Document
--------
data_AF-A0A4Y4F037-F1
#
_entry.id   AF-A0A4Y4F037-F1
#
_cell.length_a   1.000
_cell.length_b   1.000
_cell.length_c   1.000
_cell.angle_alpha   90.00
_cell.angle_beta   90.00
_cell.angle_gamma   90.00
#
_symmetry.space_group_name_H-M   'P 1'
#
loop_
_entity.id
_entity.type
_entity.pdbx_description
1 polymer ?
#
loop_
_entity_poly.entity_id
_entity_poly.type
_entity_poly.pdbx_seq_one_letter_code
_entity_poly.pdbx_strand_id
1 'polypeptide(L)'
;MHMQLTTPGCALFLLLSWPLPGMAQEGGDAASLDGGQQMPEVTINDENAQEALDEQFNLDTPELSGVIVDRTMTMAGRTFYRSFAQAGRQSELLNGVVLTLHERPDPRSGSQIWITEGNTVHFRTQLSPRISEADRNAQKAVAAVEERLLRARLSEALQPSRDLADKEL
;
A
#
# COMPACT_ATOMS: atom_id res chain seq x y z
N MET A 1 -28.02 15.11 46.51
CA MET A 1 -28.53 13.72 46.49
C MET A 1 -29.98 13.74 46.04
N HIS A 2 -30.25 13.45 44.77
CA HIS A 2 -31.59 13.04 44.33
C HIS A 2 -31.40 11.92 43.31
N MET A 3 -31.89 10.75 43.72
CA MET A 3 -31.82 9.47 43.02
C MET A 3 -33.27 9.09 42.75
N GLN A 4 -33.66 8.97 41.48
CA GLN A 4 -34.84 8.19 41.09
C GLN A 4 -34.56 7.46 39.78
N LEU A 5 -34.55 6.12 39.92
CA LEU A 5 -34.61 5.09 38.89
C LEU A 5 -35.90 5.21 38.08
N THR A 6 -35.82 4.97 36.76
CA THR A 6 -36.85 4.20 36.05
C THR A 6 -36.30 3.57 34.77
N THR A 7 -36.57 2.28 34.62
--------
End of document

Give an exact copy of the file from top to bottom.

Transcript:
data_AF-A0A4Y4F037-F1
#
_entry.id   AF-A0A4Y4F037-F1
#
_cell.length_a   1.000
_cell.length_b   1.000
_cell.length_c   1.000
_cell.angle_alpha   90.00
_cell.angle_beta   90.00
_cell.angle_gamma   90.00
#
_symmetry.space_group_name_H-M   'P 1'
#
loop_
_entity.id
_entity.type
_entity.pdbx_description
1 polymer ?
#
loop_
_entity_poly.entity_id
_entity_poly.type
_entity_poly.pdbx_seq_one_letter_code
_entity_poly.pdbx_strand_id
1 'polypeptide(L)'
;MHMQLTTPGCALFLLLSWPLPGMAQEGGDAASLDGGQQMPEVTINDENAQEALDEQFNLDTPELSGVIVDRTMTMAGRTFYRSFAQAGRQSELLNGVVLTLHERPDPRSGSQIWITEGNTVHFRTQLSPRISEADRNAQKAVAAVEERLLRARLSEALQPSRDLADKEL
;
A
#
# COMPACT_ATOMS: atom_id res chain seq x y z
N MET A 1 -28.02 15.11 46.51
CA MET A 1 -28.53 13.72 46.49
C MET A 1 -29.98 13.74 46.04
N HIS A 2 -30.25 13.45 44.77
CA HIS A 2 -31.59 13.04 44.33
C HIS A 2 -31.40 11.92 43.31
N MET A 3 -31.89 10.75 43.72
CA MET A 3 -31.82 9.47 43.02
C MET A 3 -33.27 9.09 42.75
N GLN A 4 -33.66 8.97 41.48
CA GLN A 4 -34.84 8.19 41.09
C GLN A 4 -34.56 7.46 39.78
N LEU A 5 -34.55 6.12 39.92
CA LEU A 5 -34.61 5.09 38.89
C LEU A 5 -35.90 5.21 38.08
N THR A 6 -35.82 4.97 36.76
CA THR A 6 -36.85 4.20 36.05
C THR A 6 -36.30 3.57 34.77
N THR A 7 -36.57 2.28 34.62